Mix the chicken and vegetables together and cook over low heat

Once the chicken has cooked for five minutes, add the sliced carrot, chopped cabbage, sugar, soy sauce, and chicken stock. Stir for one minute, then add the rice noodles. Stir once and turn the heat down to medium-low, giving the noodle mixture a stir at the 5-minute mark.

After 10 minutes the noodles will have fully cooked through and absorbed all of the liquid. Remove from the heat, and serve. If you want to enjoy it the way Filipinos do, you'd have it with a dipping sauce made with soy and few squeezes of the Philippine citrus fruit known as calamansi (via Yahoo).

When Filipinos enjoy their pancit

As in many Asian cultures that prize the noodle as a symbol of longevity (because of its length), pancit isn't just enjoyed as an everyday meal or snack — it also plays an important role on the Philippine festive table too. The dish plays an essential role in the drama that is a holiday meal, from Christmas and wedding anniversaries to Catholic feast days and Christmas (via Pepper). 

You can enjoy this tasty meal as is for a quick weeknight dinner, but when served alongside a crisp, freshly made lumpia or Philippine spring roll, adobo, and — if you're lucky– a roast suckling pig, any Filipino will tell you the meal is as authentic and celebratory as it can get (via Serious Eats).

Authentic Pancit Recipe
5 from 49 ratings
If you're looking for a tasty rice noodle dish straight from the Philippines, this recipe hits all the marks. It's even easy enough for a weeknight meal!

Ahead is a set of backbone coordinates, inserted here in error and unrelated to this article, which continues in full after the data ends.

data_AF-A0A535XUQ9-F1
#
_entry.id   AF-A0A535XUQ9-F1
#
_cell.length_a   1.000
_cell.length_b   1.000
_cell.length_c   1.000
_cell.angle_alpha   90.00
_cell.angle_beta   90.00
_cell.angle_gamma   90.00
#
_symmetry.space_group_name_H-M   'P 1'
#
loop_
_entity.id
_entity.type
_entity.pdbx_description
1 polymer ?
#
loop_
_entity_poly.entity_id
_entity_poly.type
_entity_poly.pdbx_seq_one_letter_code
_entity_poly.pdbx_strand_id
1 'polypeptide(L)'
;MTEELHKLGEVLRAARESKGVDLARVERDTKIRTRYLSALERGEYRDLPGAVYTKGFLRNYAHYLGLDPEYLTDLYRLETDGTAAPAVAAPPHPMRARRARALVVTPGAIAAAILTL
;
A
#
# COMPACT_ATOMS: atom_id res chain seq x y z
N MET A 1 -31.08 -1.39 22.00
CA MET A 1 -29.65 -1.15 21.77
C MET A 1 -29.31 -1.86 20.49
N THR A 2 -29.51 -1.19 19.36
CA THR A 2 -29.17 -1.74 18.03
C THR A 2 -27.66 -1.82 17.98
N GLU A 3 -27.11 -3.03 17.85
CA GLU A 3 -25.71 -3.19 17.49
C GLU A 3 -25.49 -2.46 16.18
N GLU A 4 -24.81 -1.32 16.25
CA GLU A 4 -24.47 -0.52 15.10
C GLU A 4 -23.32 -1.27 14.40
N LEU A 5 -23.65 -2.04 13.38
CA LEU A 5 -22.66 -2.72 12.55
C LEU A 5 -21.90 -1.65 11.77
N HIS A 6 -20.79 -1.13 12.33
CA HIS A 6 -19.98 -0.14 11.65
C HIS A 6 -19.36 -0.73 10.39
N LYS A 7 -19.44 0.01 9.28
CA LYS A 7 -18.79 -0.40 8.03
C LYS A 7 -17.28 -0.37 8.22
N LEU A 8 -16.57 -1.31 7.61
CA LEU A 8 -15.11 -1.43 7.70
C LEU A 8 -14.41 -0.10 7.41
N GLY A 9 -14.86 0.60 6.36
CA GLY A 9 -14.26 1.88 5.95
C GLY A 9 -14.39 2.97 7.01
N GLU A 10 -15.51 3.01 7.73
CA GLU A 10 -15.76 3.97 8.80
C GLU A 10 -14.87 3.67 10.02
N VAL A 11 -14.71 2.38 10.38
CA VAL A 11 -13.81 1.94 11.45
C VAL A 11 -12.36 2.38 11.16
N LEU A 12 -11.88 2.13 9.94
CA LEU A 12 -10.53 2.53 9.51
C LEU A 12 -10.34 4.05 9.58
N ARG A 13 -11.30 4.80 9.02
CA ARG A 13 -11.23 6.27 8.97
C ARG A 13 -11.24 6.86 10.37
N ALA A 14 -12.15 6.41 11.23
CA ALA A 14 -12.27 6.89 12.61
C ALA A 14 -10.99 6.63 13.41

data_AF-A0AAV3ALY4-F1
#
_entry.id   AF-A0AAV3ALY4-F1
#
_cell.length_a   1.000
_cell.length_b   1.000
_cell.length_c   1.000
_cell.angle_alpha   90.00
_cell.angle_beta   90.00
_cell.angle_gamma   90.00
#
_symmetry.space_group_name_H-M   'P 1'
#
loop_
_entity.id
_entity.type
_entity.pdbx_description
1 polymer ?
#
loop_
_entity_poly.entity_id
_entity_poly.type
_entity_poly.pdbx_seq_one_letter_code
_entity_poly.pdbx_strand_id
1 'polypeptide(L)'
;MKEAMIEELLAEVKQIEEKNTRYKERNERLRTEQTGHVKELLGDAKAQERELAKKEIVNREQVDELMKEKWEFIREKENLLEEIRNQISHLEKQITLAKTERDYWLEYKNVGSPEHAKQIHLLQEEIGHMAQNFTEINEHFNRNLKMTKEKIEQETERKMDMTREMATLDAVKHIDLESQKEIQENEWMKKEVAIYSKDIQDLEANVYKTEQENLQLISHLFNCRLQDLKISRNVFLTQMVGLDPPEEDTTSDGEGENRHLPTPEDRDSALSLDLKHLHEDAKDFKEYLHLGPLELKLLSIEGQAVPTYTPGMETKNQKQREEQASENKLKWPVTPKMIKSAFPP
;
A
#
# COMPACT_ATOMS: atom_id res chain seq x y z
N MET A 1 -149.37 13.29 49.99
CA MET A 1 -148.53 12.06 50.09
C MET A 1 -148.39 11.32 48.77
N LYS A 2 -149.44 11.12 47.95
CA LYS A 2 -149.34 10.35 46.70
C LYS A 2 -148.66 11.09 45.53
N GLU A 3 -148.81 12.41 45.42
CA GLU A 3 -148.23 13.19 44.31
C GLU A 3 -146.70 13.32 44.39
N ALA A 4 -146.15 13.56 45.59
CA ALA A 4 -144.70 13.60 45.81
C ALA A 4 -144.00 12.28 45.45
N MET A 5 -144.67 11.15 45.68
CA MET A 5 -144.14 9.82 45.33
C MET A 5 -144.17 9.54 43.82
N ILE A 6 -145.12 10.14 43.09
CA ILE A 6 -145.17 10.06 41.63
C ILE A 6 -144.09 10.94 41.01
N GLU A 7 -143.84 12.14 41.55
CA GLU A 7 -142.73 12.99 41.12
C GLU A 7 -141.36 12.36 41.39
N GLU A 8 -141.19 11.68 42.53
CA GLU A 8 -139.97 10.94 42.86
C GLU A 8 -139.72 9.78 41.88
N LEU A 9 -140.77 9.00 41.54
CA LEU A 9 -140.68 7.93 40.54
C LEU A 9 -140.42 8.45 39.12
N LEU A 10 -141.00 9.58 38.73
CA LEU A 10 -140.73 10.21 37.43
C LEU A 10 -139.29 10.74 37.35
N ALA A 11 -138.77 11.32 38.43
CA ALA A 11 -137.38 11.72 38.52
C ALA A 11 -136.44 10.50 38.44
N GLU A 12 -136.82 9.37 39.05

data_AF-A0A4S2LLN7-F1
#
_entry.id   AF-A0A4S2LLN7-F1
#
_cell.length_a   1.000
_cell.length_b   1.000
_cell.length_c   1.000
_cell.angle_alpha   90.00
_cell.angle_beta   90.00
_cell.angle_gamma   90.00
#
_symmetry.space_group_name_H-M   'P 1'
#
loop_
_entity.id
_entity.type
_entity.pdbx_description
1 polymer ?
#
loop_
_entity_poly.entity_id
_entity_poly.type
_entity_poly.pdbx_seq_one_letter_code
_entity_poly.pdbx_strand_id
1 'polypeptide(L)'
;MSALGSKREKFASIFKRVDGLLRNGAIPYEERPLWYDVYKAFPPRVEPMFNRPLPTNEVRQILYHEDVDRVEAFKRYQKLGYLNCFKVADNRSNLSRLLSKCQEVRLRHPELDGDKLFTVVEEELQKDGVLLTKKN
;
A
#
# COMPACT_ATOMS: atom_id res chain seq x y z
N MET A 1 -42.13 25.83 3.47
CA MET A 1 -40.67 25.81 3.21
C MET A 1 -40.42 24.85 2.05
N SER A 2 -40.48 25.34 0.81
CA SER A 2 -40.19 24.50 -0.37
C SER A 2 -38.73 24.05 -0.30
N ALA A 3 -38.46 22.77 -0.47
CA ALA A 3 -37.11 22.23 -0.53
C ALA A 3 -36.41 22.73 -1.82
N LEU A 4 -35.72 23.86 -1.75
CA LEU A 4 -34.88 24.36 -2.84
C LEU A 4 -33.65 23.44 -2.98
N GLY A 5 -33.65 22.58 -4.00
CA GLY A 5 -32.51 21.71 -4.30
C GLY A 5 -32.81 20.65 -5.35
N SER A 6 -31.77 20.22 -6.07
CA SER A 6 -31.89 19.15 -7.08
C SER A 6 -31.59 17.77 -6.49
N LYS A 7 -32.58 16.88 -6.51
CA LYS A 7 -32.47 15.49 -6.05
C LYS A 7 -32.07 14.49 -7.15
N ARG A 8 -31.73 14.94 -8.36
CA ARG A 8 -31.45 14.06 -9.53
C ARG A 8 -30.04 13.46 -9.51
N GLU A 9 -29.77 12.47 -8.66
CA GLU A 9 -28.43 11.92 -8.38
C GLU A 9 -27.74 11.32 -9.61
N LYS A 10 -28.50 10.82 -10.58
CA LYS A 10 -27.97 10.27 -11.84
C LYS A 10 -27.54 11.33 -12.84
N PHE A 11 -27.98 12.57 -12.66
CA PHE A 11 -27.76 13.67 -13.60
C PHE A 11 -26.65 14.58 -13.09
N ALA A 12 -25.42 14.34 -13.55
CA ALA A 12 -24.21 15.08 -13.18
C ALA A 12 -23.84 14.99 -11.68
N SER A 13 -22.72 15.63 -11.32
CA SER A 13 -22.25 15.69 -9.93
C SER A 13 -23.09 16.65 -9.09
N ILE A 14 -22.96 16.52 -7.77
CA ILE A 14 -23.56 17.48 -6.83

Prep Time
Cook Time
Pancit on a white plate
Total time: 27 minutes
  • ½ red onion
  • 3 garlic cloves
  • ½ white cabbage
  • 2 carrots
  • 7 ounces boneless, skinless chicken thighs
  • 2 tablespoons of vegetable oil
  • 1 tablespoon of sugar
  • 2 tablespoon soy sauce
  • 2 cups of chicken stock
  • 7 ounces dried rice noodles
  1. On a cutting board, dice the onion, mince the garlic, slice the white cabbage into thin strips, slice the carrots into matchsticks, and slice the chicken.
  2. Place the vegetable oil into a saucepan, followed by the minced garlic and diced onion, and stir for 1 minute.
  3. Add in the sliced chicken in and stir for 5 minutes until it is cooked through.
  4. Add to the saucepan the sliced carrots, sliced cabbage, sugar, soy sauce, and chicken stock.
  5. Stir for 1 minute then add in the rice noodles.
  6. Stir once and turn to medium-low heat for 10 minutes, stirring halfway.
  7. After the noodles are fully cooked through and have absorbed all of the liquid, plate and serve immediately!
Calories per Serving 385
Total Fat 10.9 g
Saturated Fat 1.5 g
Trans Fat 0.1 g
Cholesterol 50.2 mg
Total Carbohydrates 52.8 g
Dietary Fiber 2.1 g
Total Sugars 7.3 g
Sodium 770.9 mg
Protein 17.0 g
The information shown is Edamam’s estimate based on available ingredients and preparation. It should not be considered a substitute for a professional nutritionist’s advice.